Creative Commons will be watching this discussion closely, and participating. Do you find the “hybrid organization” construct useful? What insights can be gained from the construct and experiences of other hybrids to make CC a more effective organization (hybrid or not) and enabler of healthy hybrids — organizations, models, and economies?Comments Off on CC as a hybrid organization and a tool for hybrids
Runes of Gallidon is a “user-generated online fantasy world of swords, magic, adventure and mystery” that just launched in public beta. Distinguishing Runes of Gallidon from other virtual worlds is the decision to license all the content in the ROG universe under a CC BY-NC-SA license. Any work that the community creates is kept free and open for the rest of the community to use and build upon, a choice that allows the plot lines and characters of Runes of Gallidon to evolve naturally and legally.
While the ROG universe evolves through user-submitted content, Brain Candy, LLC (the group behind Runes of Gallidon)
will be doing legwork to turn Rules of Gallidon into a source of potential revenue, namely in film/TV and merchandise will be marketing the website to help audiences find the creative community’s Gallidon works (content creators have the ability to shop their ideas to interested parties as well). The monetary gains from these endeavors will be split between community and Brain Candy in two distinct ways:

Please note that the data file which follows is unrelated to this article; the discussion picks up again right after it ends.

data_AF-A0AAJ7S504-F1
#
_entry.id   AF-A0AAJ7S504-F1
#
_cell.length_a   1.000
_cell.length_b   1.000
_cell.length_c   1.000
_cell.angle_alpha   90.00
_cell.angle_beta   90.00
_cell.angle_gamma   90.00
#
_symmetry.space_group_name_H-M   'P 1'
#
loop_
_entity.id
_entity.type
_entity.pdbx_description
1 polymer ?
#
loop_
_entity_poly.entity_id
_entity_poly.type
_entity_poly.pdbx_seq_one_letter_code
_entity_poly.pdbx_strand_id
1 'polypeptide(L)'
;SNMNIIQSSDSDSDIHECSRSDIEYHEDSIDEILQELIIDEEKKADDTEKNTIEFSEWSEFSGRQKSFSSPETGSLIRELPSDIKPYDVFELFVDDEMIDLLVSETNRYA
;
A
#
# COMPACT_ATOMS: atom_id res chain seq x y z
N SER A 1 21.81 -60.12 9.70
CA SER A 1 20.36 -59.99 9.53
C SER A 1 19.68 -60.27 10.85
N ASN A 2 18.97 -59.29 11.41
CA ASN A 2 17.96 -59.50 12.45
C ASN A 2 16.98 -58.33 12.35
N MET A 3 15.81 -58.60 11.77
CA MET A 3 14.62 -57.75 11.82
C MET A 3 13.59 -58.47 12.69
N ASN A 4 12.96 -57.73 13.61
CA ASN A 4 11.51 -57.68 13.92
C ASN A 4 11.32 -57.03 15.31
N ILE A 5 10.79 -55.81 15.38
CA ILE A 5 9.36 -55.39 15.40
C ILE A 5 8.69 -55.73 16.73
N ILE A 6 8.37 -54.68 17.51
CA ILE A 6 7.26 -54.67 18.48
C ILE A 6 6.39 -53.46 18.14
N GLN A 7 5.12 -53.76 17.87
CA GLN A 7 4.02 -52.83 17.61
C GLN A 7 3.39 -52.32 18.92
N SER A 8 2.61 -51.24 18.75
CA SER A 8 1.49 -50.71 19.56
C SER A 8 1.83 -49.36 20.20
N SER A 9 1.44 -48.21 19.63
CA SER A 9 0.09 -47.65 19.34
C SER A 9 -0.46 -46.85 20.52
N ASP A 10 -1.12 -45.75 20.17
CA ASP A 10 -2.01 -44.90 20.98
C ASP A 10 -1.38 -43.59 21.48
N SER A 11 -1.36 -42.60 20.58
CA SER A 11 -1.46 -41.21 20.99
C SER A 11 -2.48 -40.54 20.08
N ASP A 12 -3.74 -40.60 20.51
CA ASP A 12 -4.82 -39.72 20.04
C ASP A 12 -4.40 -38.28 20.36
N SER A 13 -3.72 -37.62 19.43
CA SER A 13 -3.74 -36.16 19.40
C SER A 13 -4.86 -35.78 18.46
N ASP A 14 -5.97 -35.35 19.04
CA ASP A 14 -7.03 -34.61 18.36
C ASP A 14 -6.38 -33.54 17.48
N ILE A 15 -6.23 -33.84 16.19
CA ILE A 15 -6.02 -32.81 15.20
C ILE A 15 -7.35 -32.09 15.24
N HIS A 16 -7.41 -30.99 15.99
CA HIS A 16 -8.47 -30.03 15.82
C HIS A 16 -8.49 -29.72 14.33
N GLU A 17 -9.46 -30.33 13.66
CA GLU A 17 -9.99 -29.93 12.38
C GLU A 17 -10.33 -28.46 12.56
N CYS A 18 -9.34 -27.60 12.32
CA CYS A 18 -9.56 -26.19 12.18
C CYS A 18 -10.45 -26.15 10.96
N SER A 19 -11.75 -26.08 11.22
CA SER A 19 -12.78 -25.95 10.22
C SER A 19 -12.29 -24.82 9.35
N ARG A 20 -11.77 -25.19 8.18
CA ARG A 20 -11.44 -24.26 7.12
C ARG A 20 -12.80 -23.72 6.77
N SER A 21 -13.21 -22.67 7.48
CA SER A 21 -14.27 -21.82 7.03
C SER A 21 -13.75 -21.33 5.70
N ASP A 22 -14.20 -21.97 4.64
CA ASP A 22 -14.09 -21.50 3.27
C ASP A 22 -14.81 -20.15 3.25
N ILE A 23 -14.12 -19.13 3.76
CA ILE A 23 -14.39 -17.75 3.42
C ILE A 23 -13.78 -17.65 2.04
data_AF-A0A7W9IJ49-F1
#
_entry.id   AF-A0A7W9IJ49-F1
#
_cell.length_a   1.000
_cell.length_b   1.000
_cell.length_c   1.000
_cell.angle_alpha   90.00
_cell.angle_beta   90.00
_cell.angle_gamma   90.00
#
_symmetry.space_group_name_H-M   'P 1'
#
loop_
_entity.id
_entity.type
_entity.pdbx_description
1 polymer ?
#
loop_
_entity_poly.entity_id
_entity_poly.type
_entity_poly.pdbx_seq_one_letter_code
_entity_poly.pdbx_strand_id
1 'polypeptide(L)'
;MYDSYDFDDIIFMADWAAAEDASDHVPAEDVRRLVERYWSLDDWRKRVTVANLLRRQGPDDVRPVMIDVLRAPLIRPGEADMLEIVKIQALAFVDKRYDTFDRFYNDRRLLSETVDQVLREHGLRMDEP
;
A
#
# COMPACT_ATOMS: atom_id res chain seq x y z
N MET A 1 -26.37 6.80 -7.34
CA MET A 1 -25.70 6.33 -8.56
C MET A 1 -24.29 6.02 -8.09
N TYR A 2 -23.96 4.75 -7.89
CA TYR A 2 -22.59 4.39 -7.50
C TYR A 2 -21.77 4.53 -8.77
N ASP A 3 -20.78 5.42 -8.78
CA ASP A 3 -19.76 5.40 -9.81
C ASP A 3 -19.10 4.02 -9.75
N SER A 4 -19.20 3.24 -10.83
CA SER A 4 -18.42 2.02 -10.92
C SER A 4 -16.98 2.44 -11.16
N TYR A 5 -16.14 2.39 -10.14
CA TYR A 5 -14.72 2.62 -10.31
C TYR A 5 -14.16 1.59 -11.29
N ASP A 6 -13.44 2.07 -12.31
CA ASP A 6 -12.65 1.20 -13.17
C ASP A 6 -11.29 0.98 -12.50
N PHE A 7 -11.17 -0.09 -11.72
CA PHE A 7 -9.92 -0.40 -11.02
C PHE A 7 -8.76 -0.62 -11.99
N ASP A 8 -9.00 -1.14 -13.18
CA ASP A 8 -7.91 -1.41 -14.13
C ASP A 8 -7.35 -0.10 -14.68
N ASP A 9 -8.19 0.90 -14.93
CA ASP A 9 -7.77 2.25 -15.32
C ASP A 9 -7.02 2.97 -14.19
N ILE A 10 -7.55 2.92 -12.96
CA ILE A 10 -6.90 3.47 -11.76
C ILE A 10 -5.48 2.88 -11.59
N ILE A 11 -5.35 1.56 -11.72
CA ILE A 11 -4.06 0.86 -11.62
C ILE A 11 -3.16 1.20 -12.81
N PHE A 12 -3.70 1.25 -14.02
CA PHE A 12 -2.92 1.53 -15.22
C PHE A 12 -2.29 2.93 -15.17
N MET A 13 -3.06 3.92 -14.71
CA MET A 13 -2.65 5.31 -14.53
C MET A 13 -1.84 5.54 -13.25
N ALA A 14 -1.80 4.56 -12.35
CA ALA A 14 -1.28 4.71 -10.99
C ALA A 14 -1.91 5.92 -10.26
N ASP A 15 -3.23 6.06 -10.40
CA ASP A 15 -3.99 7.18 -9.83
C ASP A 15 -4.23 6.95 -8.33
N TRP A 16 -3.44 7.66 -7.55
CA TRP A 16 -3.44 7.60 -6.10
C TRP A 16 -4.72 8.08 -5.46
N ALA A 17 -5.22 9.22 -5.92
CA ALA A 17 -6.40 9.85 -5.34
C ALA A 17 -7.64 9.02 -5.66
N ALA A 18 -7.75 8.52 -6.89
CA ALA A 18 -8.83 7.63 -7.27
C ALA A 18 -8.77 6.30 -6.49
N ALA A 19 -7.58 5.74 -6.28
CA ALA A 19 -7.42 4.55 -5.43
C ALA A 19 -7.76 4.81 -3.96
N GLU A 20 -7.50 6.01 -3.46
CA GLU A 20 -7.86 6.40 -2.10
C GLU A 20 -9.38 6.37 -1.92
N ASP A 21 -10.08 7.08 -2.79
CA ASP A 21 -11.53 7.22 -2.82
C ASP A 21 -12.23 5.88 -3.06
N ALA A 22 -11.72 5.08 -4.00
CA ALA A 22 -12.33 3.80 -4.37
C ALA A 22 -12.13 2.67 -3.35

If Brain Candy, LLC, prints your story in a book, prints a poster, a T-shirt, etc. and makes any money directly from your Work, you receive 50% of the money. If you sell your Work set in Runes of Gallidon (a published book, album cover art, posters, etc.), we ask that you contribute to Brain Candy, LLC 10% of the money you receive.
That is the basic formula: each Artisan owns the Work they create, but the world of Runes of Gallidon and everything in it is shared by the entire Gallidon creative community.
This is a unique implementation to our CC+ protocol and a fresh approach to crafting an online fantasy world. By using CC licenses, the group behind Runes of Gallidon have created a hybrid-economy where the sharing of content (enabled by CC licenses) is monetized based on an additional set of legal guidelines, in turn encouraging growth through legal protection and an opportunity for monetary gain.2 Comments »